STARTING and finishing in the High Street with a traffic-free course through the lanes and villages, the Alcester 10k always attracts a strong Stratford Athletic Club representation.
This fifth year of the event was no exception and even the weather played its part, with the forecast rain failing to materialise and conditions remaining sunny and warm.
Every age and ability was represented in SAC’s 16 finishers, from John Raby – a magnificent eighth and close to his best in 39:04 – to Richard Hadley, 909th, in 1:22:36, claiming the rearguard position from John Butler, 871st, 1:16:02.
Mark Hateley, 35th, 42:07, was followed in by Lynne Hinson 94th. Her 46:57 put her third in the F45 category despite being her first outing for several months and kept her ahead of Damian Wheeler, 97th, 47:04.
Tony Tomecek had to put up with Phil Brennan snapping at his heels in the later stages but held him off to finish 146th, 49:09. Brennan’s 153rd, 49:30, was second in the M65 category.
Five further runners came in under the hour. Andrew Madden, 53:28, and Stuart Macleod, 54:14, were followed in by the tireless Louise Stewart, 54:27, “taking it easy” after a hard midweek track race and with a harder trail race on the horizon.
Kate Sergent, 398th, 57:17, looked in good form ahead of her international marathon later this month as she edged out Ruth Calderbank, 418th, 57:17, taking the F65 top spot with Calderbank 2nd F65.
The club’s 10k specialist Clare Eynon was just under the hour with 59:54.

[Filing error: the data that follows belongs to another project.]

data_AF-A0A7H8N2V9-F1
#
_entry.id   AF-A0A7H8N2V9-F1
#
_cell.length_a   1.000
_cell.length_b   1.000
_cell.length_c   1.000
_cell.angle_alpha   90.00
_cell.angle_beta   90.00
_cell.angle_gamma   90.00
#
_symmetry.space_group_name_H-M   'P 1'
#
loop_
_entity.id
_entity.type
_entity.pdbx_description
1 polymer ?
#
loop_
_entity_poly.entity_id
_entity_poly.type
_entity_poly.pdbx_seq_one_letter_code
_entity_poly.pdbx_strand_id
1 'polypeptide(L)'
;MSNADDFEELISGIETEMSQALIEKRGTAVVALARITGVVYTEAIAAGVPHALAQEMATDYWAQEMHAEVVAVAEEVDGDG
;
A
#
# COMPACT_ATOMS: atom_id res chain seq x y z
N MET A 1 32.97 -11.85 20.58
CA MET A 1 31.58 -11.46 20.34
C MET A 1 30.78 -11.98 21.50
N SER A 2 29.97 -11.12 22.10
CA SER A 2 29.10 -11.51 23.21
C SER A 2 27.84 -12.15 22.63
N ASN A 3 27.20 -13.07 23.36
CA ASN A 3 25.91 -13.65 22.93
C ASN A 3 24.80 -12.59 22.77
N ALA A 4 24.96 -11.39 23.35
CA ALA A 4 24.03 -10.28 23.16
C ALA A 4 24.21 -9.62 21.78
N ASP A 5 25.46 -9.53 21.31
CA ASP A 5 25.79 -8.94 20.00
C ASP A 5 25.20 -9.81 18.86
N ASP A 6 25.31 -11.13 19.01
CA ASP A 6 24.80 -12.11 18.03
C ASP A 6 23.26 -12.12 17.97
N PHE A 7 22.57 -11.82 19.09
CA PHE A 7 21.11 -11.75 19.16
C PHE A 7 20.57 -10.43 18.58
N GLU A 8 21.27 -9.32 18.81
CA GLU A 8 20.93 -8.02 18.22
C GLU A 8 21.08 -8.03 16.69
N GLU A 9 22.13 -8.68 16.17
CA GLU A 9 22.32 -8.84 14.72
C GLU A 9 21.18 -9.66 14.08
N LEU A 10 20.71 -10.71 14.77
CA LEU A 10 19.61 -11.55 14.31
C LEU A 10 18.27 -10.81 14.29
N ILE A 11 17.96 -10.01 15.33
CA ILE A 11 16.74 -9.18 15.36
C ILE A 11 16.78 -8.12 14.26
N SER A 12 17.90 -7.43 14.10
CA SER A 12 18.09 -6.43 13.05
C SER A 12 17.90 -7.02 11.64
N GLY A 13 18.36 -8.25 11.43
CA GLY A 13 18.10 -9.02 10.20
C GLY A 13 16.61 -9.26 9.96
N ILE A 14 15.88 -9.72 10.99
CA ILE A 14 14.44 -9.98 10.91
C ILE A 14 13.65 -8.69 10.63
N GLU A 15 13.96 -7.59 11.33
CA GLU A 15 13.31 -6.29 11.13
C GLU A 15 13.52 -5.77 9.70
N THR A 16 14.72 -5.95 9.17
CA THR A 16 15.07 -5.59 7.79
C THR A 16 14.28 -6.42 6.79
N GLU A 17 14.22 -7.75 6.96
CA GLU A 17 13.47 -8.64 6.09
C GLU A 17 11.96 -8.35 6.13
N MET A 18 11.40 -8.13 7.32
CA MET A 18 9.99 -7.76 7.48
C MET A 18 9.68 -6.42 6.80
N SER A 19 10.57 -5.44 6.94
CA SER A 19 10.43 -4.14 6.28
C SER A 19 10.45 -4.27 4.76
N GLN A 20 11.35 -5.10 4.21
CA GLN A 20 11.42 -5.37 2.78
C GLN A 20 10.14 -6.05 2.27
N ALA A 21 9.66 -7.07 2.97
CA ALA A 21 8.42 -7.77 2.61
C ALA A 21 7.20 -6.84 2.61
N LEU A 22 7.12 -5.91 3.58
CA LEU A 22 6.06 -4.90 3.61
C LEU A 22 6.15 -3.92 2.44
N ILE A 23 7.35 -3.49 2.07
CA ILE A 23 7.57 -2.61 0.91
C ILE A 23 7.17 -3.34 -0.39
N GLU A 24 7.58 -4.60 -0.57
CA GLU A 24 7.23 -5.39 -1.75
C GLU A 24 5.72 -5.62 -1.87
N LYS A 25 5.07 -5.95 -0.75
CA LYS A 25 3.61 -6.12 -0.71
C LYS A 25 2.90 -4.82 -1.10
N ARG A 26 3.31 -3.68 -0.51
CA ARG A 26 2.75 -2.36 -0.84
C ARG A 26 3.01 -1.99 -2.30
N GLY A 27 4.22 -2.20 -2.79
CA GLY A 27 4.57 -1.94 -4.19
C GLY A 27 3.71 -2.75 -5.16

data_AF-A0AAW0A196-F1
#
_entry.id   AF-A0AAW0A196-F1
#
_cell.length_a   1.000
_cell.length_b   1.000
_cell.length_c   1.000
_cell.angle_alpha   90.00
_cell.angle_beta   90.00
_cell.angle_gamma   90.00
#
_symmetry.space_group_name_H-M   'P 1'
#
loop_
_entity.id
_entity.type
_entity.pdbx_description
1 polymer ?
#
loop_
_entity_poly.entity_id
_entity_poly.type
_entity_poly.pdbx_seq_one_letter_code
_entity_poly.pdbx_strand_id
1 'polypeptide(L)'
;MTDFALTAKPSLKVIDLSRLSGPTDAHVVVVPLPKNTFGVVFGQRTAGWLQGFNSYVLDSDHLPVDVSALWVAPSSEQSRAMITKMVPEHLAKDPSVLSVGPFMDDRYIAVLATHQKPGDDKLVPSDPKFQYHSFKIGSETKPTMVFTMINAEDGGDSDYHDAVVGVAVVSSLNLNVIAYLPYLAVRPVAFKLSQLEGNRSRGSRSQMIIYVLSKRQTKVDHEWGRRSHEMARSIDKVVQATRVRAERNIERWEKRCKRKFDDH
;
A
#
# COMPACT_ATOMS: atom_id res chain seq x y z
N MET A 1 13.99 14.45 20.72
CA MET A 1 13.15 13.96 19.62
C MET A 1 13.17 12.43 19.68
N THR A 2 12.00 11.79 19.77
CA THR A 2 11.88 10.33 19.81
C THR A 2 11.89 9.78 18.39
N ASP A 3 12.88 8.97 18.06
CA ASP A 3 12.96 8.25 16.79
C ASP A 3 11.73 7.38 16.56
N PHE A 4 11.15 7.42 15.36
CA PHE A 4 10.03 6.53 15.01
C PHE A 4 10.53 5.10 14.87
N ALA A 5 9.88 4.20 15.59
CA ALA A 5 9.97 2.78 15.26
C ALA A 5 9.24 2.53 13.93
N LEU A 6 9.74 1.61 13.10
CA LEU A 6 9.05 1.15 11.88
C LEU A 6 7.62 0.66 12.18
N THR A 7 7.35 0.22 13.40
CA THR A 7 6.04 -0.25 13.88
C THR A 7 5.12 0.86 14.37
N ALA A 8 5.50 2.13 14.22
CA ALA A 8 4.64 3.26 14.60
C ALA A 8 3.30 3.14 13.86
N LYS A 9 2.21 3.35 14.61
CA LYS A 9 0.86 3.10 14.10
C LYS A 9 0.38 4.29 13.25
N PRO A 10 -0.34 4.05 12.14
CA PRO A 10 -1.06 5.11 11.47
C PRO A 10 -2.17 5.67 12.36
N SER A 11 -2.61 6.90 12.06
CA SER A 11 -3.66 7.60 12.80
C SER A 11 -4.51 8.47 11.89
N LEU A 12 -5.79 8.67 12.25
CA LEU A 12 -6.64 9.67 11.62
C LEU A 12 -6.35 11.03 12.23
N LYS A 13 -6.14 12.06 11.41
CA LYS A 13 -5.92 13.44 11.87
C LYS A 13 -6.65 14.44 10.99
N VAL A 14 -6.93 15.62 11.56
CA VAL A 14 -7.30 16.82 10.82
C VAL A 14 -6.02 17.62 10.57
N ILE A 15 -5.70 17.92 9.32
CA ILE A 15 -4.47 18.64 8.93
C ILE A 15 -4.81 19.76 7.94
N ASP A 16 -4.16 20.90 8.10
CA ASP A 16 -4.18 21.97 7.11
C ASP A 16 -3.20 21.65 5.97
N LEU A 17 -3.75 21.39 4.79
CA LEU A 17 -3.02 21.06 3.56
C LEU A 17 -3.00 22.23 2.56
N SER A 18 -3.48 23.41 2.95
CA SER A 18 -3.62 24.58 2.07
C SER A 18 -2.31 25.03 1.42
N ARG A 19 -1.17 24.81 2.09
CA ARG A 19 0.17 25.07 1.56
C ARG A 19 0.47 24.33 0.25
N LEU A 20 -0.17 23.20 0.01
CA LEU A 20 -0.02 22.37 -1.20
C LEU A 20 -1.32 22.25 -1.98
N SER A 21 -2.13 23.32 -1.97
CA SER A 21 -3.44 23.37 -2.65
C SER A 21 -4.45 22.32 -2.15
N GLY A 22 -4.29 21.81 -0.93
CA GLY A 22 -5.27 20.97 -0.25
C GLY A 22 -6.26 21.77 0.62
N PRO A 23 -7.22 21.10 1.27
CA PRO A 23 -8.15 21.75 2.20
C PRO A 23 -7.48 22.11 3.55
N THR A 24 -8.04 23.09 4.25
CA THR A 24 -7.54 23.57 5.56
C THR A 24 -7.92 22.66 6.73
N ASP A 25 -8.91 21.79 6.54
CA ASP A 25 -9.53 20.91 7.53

Mark Bailey and Robert Dunnett had a mutual aid pact which saw them finish together in 1:12:31 and 1:12:32 respectively, with John Butler and Richard Hadley a little behind. Having avoided the cider stall at halfway, it was time to try the (non-alcoholic) beer in the High Street.
How far will they go?
FINISHING any marathon is a great achievement and three Stratford AC competitors in the Chester Marathon – Rachael Green, 4:21:07, Kim Lee, 4:27:05, and Ian Greaves, 4:52:51 – are far from the club’s most experienced at this distance so deserve full credit.
Four of their club-mates prefer things a little wilder, so headed for the Loch Ness Marathon – possibly one of the most spectacular in the world.
After some solid training, James Coy had a fine run. He found the conditions horrible to start but they improved in the latter stages and he was pleased to finish just outside the top 300 in a time of 3:32:43.
Cara Reynolds, who was close behind in 3:43:54, had a great run, especially as she was recovering from injury and was inside her targeted time.
Richard Hartwell, 5:17:51, and Victoria Jeffs, 5:56:29, both did well to overcome a distance they are not greatly familiar with.
The ‘far side’ prize must, however, go to Lesley Kirk who took a day out of her holiday to run in day one of the Atlantic Coast Challenge – an opportunity to ‘run, walk or crawl’ around the north Cornish coast, the full distance equivalent to three marathons in three days.
She completed the marathon distance in 5:34:32, despite being blown flat by the wind on several occasions and left at risk from the waves of Storm Lorenzo.